DB: It’s extremely important. First of all, it is really quite disconcerting that it hasn’t been done already. Did you know that Israel is the only country in the world that doesn’t seem to be able to designate its own capital. In every other nation, the American Embassy is located in the capital designated by that country. Our capital is Jerusalem. It has not been a capital of any other nation for the past 3,000 years. For the past 3,000 years it has only been the capital of the Jewish people. Even when they did not have sovereignty or control over the area, they considered Jerusalem their only capital. In fact, there is no parallel in history to the attachment between the Jewish people and Jerusalem. From a purely political point of view, it would be advisable to move the American Embassy to Jerusalem. We are never going to give up Jerusalem as our capital. There is practically a wall-to-wall consensus on this in Israel. We are never going to allow the city to be divided. It is going to stay the undivided capital of Israel for all time. The sooner the United States recognizes this as a fact and moves the embassy, the sooner this sore point will disappear. Moreover, as long as the United States does not move the embassy to Jerusalem, the Palestinians will continue to nurse the hope that they will be able to acquire half of the city and make it their own capital, even though it’s never been a Muslim capital, an Arab capital, or anything like that. As long as the United States does not move the embassy, this kind of hope can be nurtured and will remain a source of irritation and conflict. It would be better for everyone concerned for the embassy to be moved and for the facts of life to be made clear, so that we can move on from there with a realistic approach to other problems.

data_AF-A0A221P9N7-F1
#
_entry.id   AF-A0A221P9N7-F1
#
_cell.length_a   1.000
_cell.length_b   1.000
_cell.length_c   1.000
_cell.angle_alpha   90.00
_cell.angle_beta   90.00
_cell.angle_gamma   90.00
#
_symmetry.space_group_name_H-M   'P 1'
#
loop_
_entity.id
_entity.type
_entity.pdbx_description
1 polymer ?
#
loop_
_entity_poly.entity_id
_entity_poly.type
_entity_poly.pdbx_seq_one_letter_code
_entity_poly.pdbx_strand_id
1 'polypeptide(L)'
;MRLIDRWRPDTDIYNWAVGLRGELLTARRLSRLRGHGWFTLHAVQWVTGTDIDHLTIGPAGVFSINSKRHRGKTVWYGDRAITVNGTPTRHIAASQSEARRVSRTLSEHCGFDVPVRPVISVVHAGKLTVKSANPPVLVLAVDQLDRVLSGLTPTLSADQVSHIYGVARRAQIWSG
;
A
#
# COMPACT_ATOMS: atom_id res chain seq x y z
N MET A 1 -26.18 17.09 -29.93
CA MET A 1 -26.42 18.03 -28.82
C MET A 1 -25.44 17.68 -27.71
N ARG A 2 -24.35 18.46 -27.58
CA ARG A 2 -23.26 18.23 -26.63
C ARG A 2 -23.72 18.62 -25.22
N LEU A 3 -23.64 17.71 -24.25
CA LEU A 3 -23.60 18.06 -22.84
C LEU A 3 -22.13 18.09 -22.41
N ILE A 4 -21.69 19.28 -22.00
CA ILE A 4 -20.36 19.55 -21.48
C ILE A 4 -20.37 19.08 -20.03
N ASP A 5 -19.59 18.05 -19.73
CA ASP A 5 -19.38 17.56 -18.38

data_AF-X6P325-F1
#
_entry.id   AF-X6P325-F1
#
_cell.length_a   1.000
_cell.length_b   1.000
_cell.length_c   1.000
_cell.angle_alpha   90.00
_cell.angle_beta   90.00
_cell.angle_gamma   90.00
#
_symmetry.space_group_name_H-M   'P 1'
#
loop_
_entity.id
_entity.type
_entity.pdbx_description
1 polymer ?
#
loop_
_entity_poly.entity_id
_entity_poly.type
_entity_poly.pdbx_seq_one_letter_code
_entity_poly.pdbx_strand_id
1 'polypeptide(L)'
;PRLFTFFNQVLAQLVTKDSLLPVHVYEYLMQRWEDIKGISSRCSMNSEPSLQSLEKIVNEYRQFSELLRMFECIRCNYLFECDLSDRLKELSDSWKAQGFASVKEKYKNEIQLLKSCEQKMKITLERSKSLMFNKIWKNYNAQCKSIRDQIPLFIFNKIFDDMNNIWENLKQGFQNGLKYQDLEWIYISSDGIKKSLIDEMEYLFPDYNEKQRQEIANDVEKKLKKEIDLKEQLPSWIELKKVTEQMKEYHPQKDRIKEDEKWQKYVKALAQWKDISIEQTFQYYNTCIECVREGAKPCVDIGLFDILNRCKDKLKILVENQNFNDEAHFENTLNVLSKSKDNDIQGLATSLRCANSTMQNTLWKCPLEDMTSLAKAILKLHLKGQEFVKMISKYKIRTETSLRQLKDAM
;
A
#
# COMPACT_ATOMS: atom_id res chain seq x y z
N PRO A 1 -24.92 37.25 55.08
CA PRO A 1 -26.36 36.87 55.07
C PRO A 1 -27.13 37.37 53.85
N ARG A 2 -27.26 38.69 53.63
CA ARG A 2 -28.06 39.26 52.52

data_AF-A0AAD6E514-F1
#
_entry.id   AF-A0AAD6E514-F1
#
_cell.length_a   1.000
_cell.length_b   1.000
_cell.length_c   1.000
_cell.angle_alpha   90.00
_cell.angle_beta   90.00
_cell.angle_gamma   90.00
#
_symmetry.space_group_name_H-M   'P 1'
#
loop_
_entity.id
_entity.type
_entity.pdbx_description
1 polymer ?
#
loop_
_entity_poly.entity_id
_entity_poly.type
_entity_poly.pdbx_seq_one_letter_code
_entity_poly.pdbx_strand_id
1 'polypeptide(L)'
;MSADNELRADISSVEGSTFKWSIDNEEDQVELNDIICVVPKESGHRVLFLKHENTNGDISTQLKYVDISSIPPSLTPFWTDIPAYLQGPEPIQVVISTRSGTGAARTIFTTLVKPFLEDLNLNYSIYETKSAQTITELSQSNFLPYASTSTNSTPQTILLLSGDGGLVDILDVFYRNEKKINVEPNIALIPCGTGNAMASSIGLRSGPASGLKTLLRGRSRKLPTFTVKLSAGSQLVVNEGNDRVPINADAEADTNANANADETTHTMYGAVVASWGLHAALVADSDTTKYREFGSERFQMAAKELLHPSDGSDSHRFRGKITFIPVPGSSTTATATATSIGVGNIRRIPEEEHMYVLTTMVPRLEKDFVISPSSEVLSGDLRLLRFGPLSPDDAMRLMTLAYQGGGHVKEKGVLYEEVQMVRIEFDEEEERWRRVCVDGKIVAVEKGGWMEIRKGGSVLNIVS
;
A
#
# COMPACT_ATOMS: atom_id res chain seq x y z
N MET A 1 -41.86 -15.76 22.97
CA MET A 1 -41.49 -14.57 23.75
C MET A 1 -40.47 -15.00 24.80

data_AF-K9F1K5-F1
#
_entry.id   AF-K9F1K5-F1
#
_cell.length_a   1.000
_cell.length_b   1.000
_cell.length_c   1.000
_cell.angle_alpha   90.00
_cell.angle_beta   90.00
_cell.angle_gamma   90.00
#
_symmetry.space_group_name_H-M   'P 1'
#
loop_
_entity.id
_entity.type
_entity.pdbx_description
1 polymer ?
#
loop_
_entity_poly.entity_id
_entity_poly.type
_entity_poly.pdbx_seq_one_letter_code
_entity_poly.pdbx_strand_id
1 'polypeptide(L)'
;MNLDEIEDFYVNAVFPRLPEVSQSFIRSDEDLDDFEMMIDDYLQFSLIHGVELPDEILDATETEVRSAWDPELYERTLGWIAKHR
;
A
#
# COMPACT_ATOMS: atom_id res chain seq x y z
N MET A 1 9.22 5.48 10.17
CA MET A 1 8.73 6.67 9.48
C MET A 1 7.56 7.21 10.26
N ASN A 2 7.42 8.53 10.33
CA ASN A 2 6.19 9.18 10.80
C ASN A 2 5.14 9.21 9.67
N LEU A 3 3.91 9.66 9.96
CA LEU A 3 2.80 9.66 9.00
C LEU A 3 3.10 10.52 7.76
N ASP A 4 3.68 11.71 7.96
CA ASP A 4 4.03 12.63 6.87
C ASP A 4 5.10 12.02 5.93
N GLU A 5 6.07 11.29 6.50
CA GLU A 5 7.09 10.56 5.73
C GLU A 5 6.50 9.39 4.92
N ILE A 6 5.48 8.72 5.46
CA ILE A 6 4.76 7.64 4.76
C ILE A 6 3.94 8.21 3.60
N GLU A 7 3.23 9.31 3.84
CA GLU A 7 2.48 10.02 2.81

EMQ: It has been my opinion from the beginning, David—and I’d like your comment on this—that moving the embassy would really strengthen and buttress the peace process, rather than detract from it. Is that a fair assessment?

DB: Absolutely. There is no question that it will reinforce what is already a fact on the ground. American recognition of that fact will make it much easier for us to proceed. As long as there is doubt, and as long as there is false hope about the future of Jerusalem, it is difficult to make progress. As soon as that false hope disappears and the facts are recognized by the United States, progress will be possible.

EMQ: Having said that, I have one last question: Where do we go from here?

DB: There are two possible scenarios. If the Palestinians really live up to their obligations, if there is compliance on their part and reciprocity, if they particularly fulfill the commitment to fight terrorism and, in fact, to abolish the covenant that calls for Israel’s destruction, there is a very good chance that we will be able to reach a peaceful arrangement. If, on the other hand, they continue to ignore these obligations or just pretend to discharge them and “make believe” rather than act upon the commitments they have made, the chances for real peace are slim. At this point, I can’t say for sure which scenario is more likely. But of course, living in the Middle East, we are all optimists by nature; otherwise, it would be very difficult to live here. Our first Prime Minister, David Ben Gurion, said, “Anyone who doesn’t believe in miracles in the Middle East is not a realist.”

EMQ: Yes, and with that let me say thank you for being with me and add that we continue to pray for the peace of Jerusalem and to stand by you and your colleagues as you continue to search for peace.